CodePen is an ideal environment for educators to teach front-end design and development.
This can be a huge moment for students. Web design can really click when they see a design come to life line by line. They see the direct result of the code they write and how that controls the site.
If you’re in the business of helping students learn the web, CodePen is your friend.
CodePen is entirely in the browser. It will work on any computer with a modern web browser. There is nothing to install. There are no upgrades you’ll ever have to download and run.
Even better, many students have their own computers. CodePen will work in the classroom, and then students can continue work at a lab, at home, or on any other computer right on CodePen. It will be the exact same environment with all their saved work.
Live collaboration on code. Multiple people can type and edit code in a Pen at the same time, all while still seeing the live preview. There is a chat area too, all for the best in long-distance pair programming!
Have students watch you work in real-time! Every keypress and setting change is shown live. Better than video – the students can interact with the code, see it live rendering, and participate in group chat. Students can fork the Pen at any time to save a copy and have a play themselves.
Using CodePen on an overhead projector, like in a classroom or conference? This mode is for you. We minimize the UI to give you the most space possible for your code and give you on-the-fly controls for controlling the UI (like colors and sizes) to make it perfect for the current screen.
An unlimited number of Pens, Posts, and Collections can be made private with any PRO plan. These will be hidden from your public profile and from search, but still findable by you and shareable.
I knew using CodePen would be a lot easier than getting everyone setup on the same environment locally. CodePen turned out to work beautifully. I found that the right column layout for editors made it easier to use when presenting.– Jason Weaver
The main resource I used for teaching front-end programming is CodePen. When the kids got to class they jumped on their workstations (or rather their “battle stations” as some of the kids called it) and they were ready to start hacking.
The kids just needed to fire up a browser go to CodePen and log on with their account.– Travis Miller
It can be as inexpensive as free. Students and teachers alike could use CodePen’s free plan and accomplish a lot.
We would encourage you to check out our PRO plans, which unlock a lot of features on CodePen, some of which are geared directly at education. The teacher themselves would likely benefit greatly from a PRO plan.
You should also check out our PRO Team plans. Some education organizations go for a Team account so that they can give their students PRO access. This is particularly useful if you want to give your students access to things like uploading images, keeping their work private, and initiating Collab Mode sessions.
Here are a few that it would be good for you to be aware of:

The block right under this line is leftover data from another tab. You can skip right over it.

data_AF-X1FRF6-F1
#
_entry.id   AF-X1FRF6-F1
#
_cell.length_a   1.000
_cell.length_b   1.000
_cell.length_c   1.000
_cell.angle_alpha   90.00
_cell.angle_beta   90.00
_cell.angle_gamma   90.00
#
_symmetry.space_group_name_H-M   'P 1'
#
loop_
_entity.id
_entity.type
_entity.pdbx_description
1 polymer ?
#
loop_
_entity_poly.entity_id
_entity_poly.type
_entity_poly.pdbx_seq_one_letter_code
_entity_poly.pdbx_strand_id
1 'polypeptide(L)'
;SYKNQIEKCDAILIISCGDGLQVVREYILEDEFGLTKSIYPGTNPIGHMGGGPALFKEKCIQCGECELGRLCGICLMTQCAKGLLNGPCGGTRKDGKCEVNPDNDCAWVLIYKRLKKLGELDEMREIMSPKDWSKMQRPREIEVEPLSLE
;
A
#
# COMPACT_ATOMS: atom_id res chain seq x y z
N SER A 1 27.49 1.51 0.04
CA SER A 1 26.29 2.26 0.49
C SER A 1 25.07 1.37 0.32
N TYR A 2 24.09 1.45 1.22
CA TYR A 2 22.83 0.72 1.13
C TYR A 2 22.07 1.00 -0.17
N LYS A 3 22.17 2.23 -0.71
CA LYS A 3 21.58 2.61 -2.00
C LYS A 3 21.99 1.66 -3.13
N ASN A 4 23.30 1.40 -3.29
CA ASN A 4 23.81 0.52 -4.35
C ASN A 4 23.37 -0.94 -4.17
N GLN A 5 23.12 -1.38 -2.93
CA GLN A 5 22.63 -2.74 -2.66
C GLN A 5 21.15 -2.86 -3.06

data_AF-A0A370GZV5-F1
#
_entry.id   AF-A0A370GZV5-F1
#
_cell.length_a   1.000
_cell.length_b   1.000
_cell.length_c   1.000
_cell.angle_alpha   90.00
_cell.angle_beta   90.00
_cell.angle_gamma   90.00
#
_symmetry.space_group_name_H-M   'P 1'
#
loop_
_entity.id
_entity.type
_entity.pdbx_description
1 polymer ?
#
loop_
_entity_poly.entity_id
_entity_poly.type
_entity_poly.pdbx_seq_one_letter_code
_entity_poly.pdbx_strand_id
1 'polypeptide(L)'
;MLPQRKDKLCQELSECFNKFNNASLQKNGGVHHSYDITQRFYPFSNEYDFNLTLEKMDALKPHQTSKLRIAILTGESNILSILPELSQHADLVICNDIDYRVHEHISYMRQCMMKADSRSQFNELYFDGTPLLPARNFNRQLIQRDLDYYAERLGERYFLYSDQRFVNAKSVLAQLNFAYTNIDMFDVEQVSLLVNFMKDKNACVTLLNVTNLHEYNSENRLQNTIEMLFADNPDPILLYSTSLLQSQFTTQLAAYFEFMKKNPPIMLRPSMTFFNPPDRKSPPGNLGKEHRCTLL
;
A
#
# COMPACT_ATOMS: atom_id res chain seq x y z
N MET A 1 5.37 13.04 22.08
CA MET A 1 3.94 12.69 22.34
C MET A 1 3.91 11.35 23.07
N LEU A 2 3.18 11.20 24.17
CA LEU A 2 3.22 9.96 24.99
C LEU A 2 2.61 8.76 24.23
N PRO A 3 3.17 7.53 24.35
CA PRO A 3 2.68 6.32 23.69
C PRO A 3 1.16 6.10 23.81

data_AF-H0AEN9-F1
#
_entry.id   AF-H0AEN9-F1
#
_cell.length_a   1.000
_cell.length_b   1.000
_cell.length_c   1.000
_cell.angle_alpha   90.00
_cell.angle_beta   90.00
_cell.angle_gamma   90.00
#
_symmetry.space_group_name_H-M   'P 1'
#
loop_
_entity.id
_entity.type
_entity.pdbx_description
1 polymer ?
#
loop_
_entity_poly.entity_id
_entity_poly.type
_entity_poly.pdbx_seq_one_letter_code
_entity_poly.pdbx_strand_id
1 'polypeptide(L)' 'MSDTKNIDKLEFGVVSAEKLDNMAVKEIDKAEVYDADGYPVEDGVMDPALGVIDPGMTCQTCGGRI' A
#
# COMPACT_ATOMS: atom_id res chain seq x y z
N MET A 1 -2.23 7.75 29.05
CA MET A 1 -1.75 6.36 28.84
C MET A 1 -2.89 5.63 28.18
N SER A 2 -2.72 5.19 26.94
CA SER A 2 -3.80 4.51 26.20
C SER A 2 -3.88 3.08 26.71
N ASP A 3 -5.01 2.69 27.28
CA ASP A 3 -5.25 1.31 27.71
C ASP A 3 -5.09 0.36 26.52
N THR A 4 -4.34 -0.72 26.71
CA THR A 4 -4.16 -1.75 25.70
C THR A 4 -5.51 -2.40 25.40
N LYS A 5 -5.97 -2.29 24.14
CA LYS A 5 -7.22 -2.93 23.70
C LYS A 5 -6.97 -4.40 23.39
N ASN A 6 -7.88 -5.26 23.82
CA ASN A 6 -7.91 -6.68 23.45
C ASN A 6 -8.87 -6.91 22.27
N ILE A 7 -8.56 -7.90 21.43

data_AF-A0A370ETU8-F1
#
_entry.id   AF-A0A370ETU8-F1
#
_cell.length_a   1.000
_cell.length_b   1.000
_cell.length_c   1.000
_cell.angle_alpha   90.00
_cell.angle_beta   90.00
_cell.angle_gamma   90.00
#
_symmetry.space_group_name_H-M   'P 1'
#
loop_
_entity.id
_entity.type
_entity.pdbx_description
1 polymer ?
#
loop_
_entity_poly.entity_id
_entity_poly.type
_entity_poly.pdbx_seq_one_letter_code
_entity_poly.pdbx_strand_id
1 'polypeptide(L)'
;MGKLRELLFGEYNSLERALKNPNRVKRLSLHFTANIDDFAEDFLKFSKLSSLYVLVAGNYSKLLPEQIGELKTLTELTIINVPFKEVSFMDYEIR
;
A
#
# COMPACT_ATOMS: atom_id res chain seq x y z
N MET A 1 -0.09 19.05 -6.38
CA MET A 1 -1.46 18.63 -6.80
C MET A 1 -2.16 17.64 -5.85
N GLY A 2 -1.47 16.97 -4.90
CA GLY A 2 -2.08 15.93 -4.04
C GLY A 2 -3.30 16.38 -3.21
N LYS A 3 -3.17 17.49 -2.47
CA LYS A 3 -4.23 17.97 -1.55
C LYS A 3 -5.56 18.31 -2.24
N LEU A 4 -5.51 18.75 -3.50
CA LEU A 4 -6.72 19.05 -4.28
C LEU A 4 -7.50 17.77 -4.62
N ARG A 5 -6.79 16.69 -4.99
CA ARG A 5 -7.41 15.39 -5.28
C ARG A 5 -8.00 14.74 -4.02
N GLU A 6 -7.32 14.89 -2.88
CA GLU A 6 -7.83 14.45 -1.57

Everyone started at various levels of technical knowledge at the beginning of the day, with some girls feeling quite intimidated by writing code themselves. And when we talked about the theory and concepts of HTML and CSS (for a very short time as these are teenagers!), some girls seemed even more shaky they would catch on. However, once we used CodePen to demonstrate the real-time output of markup changes, many people made the connection almost instantly and began marking up their own content with confidence.– Melissa Taylor
CodePen is more than a web IDE, it is a community of creative developers. This takes it to a whole new level.– Tim Willison
I can post my little examples, designed to clearly illustrate a single principle, and my students can fork it to take the example and expand on it. I can share Pens I’ve found in the community that make further use of those principles.
Here are a couple of possibilities:
You create a Pen that is an assignment. Perhaps it’s some HTML that you expect students to style a certain way. Perhaps it’s an image of something you expect them to recreate. Perhaps it’s Fizz Buzz! You send the Pen URL with students and ask them to fork it and send back their solutions to you. Hot Tip: you might get some ideas for assignments from Pens designed to be interview questions.
You explain concepts during class and need an environment to do that. So you project CodePen onto a screen and use it to live code. Presentation Mode works great for that.
You teach in a computer lab and want to teach concepts to your students. Rather than (or in addition to) using a projector, you send them a link to a Professor Mode session where the students can follow along as you live code.
Students need one-on-one help (perhaps during office hours) to understand a coding concept. Rather than code for them, you want them to code, but you also want to be able to jump in to help. Collab Mode is great for that, and like Professor Mode, can be used remotely between any two computers on the internet.
No two educators we’ve talked to ever use CodePen in exactly the same way. We build the tools, you do the teaching.
You might already have a website that is the hub for your class. Maybe you create written lessons that students read and follow along with. Perhaps it is in Blackboard, Canvas, Google Classroom, or your own website. That’s smart.
You can integrate CodePen into any of those by:
While CodePen is used in education quite a bit, to be perfectly honest, CodePen wasn’t designed as an education product specifically.
We’d like to evolve CodePen to meet the needs of educators more directly. So if you have feedback or questions toward that end, don’t hesitate to send them our way.